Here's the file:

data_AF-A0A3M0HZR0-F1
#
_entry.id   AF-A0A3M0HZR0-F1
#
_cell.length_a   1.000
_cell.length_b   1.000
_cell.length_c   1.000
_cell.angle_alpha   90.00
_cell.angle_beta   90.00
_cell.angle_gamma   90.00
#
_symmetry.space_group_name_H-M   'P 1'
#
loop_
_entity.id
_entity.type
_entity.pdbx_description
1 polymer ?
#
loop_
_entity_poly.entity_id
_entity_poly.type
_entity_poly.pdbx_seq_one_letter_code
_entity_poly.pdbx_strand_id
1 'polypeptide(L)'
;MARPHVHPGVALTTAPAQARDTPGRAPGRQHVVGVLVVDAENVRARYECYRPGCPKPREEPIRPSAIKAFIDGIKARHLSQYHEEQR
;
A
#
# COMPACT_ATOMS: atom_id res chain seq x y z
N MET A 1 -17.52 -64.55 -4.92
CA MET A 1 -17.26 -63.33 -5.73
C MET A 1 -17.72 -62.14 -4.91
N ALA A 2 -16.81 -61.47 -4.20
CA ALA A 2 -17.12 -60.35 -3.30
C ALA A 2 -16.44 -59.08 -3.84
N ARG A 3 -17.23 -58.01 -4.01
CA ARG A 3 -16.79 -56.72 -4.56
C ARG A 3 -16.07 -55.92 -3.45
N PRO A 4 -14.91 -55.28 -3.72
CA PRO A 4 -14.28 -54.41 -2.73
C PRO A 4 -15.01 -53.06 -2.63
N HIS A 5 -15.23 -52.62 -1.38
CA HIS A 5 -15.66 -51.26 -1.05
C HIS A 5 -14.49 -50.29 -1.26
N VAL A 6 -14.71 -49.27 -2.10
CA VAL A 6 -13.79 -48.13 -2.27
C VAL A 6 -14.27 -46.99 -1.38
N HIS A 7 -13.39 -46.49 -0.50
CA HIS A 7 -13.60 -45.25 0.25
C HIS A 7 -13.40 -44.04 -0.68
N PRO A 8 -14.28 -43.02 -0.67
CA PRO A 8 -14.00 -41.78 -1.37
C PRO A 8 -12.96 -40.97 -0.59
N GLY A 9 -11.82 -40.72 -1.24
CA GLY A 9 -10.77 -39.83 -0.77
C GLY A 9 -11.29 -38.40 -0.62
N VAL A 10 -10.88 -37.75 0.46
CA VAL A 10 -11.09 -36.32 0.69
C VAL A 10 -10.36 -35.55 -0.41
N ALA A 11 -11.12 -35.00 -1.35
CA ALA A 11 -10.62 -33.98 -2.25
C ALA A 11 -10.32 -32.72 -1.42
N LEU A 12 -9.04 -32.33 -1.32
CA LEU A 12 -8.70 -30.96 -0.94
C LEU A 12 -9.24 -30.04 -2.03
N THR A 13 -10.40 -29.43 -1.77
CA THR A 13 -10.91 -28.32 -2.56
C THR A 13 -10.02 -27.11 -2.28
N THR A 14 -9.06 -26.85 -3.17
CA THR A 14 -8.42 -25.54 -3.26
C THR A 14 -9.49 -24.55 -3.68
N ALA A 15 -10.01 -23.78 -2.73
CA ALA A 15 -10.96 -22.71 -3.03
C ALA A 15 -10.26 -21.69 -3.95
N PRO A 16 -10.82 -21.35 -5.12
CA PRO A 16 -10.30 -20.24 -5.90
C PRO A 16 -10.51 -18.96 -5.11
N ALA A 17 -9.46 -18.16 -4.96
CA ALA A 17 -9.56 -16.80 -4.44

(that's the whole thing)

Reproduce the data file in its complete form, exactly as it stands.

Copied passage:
data_AF-A0A3M0HZR0-F1
#
_entry.id   AF-A0A3M0HZR0-F1
#
_cell.length_a   1.000
_cell.length_b   1.000
_cell.length_c   1.000
_cell.angle_alpha   90.00
_cell.angle_beta   90.00
_cell.angle_gamma   90.00
#
_symmetry.space_group_name_H-M   'P 1'
#
loop_
_entity.id
_entity.type
_entity.pdbx_description
1 polymer ?
#
loop_
_entity_poly.entity_id
_entity_poly.type
_entity_poly.pdbx_seq_one_letter_code
_entity_poly.pdbx_strand_id
1 'polypeptide(L)'
;MARPHVHPGVALTTAPAQARDTPGRAPGRQHVVGVLVVDAENVRARYECYRPGCPKPREEPIRPSAIKAFIDGIKARHLSQYHEEQR
;
A
#
# COMPACT_ATOMS: atom_id res chain seq x y z
N MET A 1 -17.52 -64.55 -4.92
CA MET A 1 -17.26 -63.33 -5.73
C MET A 1 -17.72 -62.14 -4.91
N ALA A 2 -16.81 -61.47 -4.20
CA ALA A 2 -17.12 -60.35 -3.30
C ALA A 2 -16.44 -59.08 -3.84
N ARG A 3 -17.23 -58.01 -4.01
CA ARG A 3 -16.79 -56.72 -4.56
C ARG A 3 -16.07 -55.92 -3.45
N PRO A 4 -14.91 -55.28 -3.72
CA PRO A 4 -14.28 -54.41 -2.73
C PRO A 4 -15.01 -53.06 -2.63
N HIS A 5 -15.23 -52.62 -1.38
CA HIS A 5 -15.66 -51.26 -1.05
C HIS A 5 -14.49 -50.29 -1.26
N VAL A 6 -14.71 -49.27 -2.10
CA VAL A 6 -13.79 -48.13 -2.27
C VAL A 6 -14.27 -46.99 -1.38
N HIS A 7 -13.39 -46.49 -0.50
CA HIS A 7 -13.60 -45.25 0.25
C HIS A 7 -13.40 -44.04 -0.68
N PRO A 8 -14.28 -43.02 -0.67
CA PRO A 8 -14.00 -41.78 -1.37
C PRO A 8 -12.96 -40.97 -0.59
N GLY A 9 -11.82 -40.72 -1.24
CA GLY A 9 -10.77 -39.83 -0.77
C GLY A 9 -11.29 -38.40 -0.62
N VAL A 10 -10.88 -37.75 0.46
CA VAL A 10 -11.09 -36.32 0.69
C VAL A 10 -10.36 -35.55 -0.41
N ALA A 11 -11.12 -35.00 -1.35
CA ALA A 11 -10.62 -33.98 -2.25
C ALA A 11 -10.32 -32.72 -1.42
N LEU A 12 -9.04 -32.33 -1.32
CA LEU A 12 -8.70 -30.96 -0.94
C LEU A 12 -9.24 -30.04 -2.03
N THR A 13 -10.40 -29.43 -1.77
CA THR A 13 -10.91 -28.32 -2.56
C THR A 13 -10.02 -27.11 -2.28
N THR A 14 -9.06 -26.85 -3.17
CA THR A 14 -8.42 -25.54 -3.26
C THR A 14 -9.49 -24.55 -3.68
N ALA A 15 -10.01 -23.78 -2.73
CA ALA A 15 -10.96 -22.71 -3.03
C ALA A 15 -10.26 -21.69 -3.95
N PRO A 16 -10.82 -21.35 -5.12
CA PRO A 16 -10.30 -20.24 -5.90
C PRO A 16 -10.51 -18.96 -5.11
N ALA A 17 -9.46 -18.16 -4.96
CA ALA A 17 -9.56 -16.80 -4.44